While many folks with home labs recognize Synology as a manufacturer of excellent user-friendly network-attached storage (NAS) arrays full of features, many might not realize that these same NAS devices include an excellent built-in suite of Backup and Recovery tools. This suite contains Synology Active Backup for Business, Synology Active Backup for Google Workspace, and Synology Active Backup for Microsoft 365. Synology Active Backup for Business supports backing up PCs, Macs, physical servers, file servers, and virtual machines from VMware vSphere and Microsoft Hyper-V. As you would imagine, Synology Active Backup for Google Workspace supports backing up your Google Workspace environment, including Google Contacts, Google Drive, G-Mail, and Google Calendar. Synology Active Backup for Microsoft 365 supports backing up your Microsoft 365 environment, including OneDrive, Mail, Mail Archives, SharePoint Sites, Contacts, Calendars, and Microsoft Teams.
In this blog post, I will walk through the process of using Synology Active Backup for Business to backup VMware vSphere virtual machines, and in a future post, I will walk through the recovery process. I can’t count the number of times that this solution has saved me from rebuilding virtual machines while working on and making mistakes in my home lab environment. Synology Active Backup for Business has allowed me to instantly recover and power on multiple virtual machines within my lab so that I could immediately get back up and running.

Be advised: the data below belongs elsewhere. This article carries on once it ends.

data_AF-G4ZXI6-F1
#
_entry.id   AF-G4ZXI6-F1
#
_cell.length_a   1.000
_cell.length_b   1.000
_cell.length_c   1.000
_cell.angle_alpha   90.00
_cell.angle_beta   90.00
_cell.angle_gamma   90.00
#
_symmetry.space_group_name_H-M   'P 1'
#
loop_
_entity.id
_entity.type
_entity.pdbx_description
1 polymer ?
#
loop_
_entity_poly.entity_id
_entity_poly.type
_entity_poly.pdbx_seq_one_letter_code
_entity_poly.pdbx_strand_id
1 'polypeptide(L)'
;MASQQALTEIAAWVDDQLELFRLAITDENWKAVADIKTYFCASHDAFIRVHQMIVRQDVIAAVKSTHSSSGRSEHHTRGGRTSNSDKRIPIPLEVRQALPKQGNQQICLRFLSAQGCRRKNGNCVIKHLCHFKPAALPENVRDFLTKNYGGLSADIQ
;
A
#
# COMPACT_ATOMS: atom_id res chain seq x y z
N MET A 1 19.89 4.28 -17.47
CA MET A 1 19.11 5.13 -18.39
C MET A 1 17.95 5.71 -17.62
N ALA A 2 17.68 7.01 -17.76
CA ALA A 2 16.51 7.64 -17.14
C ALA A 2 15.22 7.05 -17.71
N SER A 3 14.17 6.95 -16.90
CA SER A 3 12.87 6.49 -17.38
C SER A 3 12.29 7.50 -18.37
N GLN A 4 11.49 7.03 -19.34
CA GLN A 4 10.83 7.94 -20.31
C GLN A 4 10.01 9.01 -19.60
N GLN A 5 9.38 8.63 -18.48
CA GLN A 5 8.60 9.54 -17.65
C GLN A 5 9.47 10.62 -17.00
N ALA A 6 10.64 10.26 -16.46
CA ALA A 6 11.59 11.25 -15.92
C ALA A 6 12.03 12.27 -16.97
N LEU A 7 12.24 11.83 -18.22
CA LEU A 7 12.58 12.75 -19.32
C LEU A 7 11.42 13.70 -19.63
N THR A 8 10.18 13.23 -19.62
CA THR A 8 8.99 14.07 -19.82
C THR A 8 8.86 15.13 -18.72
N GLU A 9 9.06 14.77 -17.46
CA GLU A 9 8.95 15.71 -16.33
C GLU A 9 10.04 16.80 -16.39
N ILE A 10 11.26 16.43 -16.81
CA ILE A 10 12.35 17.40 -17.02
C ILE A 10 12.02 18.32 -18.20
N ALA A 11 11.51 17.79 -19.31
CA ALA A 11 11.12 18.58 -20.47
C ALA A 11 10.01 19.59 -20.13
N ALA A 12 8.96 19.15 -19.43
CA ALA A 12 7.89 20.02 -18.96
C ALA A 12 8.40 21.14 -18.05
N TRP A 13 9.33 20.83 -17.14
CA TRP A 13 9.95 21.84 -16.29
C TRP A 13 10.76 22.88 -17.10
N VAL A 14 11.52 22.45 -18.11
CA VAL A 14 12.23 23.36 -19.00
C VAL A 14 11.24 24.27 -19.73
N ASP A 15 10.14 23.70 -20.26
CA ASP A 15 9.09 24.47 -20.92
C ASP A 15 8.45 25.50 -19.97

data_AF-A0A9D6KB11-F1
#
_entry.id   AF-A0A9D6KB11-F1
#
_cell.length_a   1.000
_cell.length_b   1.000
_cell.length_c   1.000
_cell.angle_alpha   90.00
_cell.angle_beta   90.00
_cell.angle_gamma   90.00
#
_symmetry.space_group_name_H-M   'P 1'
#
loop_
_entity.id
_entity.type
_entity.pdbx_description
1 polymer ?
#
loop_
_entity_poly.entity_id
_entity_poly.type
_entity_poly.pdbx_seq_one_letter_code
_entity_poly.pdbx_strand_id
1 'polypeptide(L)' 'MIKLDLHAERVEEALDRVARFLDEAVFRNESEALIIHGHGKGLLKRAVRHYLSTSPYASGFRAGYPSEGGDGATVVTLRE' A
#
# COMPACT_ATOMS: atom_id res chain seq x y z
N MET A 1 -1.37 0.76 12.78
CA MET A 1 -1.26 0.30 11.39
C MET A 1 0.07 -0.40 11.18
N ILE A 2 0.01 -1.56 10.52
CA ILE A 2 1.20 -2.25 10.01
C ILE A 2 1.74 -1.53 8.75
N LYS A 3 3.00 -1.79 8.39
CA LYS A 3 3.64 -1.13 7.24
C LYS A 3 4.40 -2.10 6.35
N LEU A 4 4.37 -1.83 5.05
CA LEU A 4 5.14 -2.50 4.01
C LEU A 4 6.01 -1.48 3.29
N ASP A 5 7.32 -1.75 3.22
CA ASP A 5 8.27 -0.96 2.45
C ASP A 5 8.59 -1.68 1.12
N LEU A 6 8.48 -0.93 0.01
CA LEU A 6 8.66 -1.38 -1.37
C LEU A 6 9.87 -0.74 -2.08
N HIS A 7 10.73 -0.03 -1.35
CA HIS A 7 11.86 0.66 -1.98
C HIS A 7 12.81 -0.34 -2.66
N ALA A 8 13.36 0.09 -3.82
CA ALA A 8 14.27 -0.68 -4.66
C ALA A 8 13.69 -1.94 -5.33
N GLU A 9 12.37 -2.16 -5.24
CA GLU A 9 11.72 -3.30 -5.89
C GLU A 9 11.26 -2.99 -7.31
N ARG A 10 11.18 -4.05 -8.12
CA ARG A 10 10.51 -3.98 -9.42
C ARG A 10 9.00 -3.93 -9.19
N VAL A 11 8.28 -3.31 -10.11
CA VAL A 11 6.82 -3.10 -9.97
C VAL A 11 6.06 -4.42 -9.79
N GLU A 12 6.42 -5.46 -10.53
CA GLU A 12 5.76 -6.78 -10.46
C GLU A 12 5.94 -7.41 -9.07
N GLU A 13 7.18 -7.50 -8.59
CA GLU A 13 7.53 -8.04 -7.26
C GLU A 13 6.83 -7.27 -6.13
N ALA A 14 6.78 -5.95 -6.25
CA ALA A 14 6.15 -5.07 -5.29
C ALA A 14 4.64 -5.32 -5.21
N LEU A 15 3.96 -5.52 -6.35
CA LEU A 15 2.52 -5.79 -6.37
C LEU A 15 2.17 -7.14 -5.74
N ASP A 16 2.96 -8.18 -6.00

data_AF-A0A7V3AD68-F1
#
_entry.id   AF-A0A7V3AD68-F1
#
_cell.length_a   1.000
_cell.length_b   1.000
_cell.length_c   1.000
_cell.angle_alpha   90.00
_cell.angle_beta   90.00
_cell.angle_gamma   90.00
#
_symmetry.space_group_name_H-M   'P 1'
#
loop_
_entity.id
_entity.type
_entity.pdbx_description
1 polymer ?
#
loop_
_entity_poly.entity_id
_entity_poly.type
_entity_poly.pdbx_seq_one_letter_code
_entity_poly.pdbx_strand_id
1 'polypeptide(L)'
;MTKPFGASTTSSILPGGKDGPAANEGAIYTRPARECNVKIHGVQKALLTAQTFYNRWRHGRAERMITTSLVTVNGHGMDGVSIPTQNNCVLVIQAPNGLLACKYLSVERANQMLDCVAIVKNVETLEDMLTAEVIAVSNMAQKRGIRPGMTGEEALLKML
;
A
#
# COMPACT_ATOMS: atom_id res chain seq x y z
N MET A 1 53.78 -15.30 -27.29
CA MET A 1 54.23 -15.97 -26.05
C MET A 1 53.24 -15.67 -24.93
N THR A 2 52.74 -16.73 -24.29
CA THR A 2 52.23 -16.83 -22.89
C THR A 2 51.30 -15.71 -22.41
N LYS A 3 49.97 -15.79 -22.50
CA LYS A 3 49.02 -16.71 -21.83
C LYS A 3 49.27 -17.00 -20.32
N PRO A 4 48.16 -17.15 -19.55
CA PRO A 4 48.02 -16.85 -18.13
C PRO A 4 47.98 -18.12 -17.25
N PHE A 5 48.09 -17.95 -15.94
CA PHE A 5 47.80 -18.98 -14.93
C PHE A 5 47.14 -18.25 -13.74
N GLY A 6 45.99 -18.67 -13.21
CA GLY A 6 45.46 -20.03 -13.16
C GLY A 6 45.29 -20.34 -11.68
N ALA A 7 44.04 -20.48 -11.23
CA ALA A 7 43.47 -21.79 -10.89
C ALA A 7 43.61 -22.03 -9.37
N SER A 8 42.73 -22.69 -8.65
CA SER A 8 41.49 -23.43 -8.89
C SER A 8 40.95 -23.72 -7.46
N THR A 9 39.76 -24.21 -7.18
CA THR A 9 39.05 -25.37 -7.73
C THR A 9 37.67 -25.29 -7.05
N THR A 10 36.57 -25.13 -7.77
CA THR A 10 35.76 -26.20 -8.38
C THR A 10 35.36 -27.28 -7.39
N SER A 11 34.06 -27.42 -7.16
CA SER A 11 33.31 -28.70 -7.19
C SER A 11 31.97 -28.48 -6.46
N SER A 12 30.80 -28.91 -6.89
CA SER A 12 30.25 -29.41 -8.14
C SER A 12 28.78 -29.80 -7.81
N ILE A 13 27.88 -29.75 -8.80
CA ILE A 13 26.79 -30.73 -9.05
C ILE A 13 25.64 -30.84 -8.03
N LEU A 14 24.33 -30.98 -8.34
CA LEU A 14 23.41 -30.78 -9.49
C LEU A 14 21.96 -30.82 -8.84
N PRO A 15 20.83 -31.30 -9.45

To get started, our Synology NAS must have the Synology Active Backup for Business package installed onto it before we can begin backing up our virtual machines. After logging into the Synology NAS as an administrator, I open the Package Manager. As you can see from the following screenshot, Synology Active Backup for Business is the first package listed for me.
Selecting the package will open up the details for the software package. I click on the Install button to begin the installation process. The Package Manager will display the installation process, as shown in the screenshot below.
Once the installation is complete, you will be returned to the screen showing the software package details with a running status. Click on the Open button to launch Synology Active Backup for Business.
The first time you launch Synology Active Backup for Business on your Synology NAS, you are prompted to activate the software using your Synology Account.
The activation process is relatively simple. You are required to log into your Synology Account and accept the Privacy Statement, and then the software will activate. The following two screenshots show the process.
Click the OK button to close the activation process and return you to the Synology Active Backup for Business Overview dashboard.
That is it for the installation process. Next, we can connect Synology Active Backup for Business to our VMware vCenter server to allow us to configure virtual machine backup jobs.
Synology Active Backup for Business supports connections to VMware vCenter Server, VMware ESXi, Microsoft Hyper-V, Microsoft System Center Virtual Machine Manager (SCVMM), and a Microsoft Failover Cluster. I will connect to a VMware vCenter instance in my home lab environment for this walkthrough. I select the Virtual Machine tab on the left side of the Synology Active Backup for Business application to get started. VMware vSphere is the first screen shown after selecting the Virtual Machine. Click on the Manage Hypervisor from here to begin adding the VMware vCenter Server.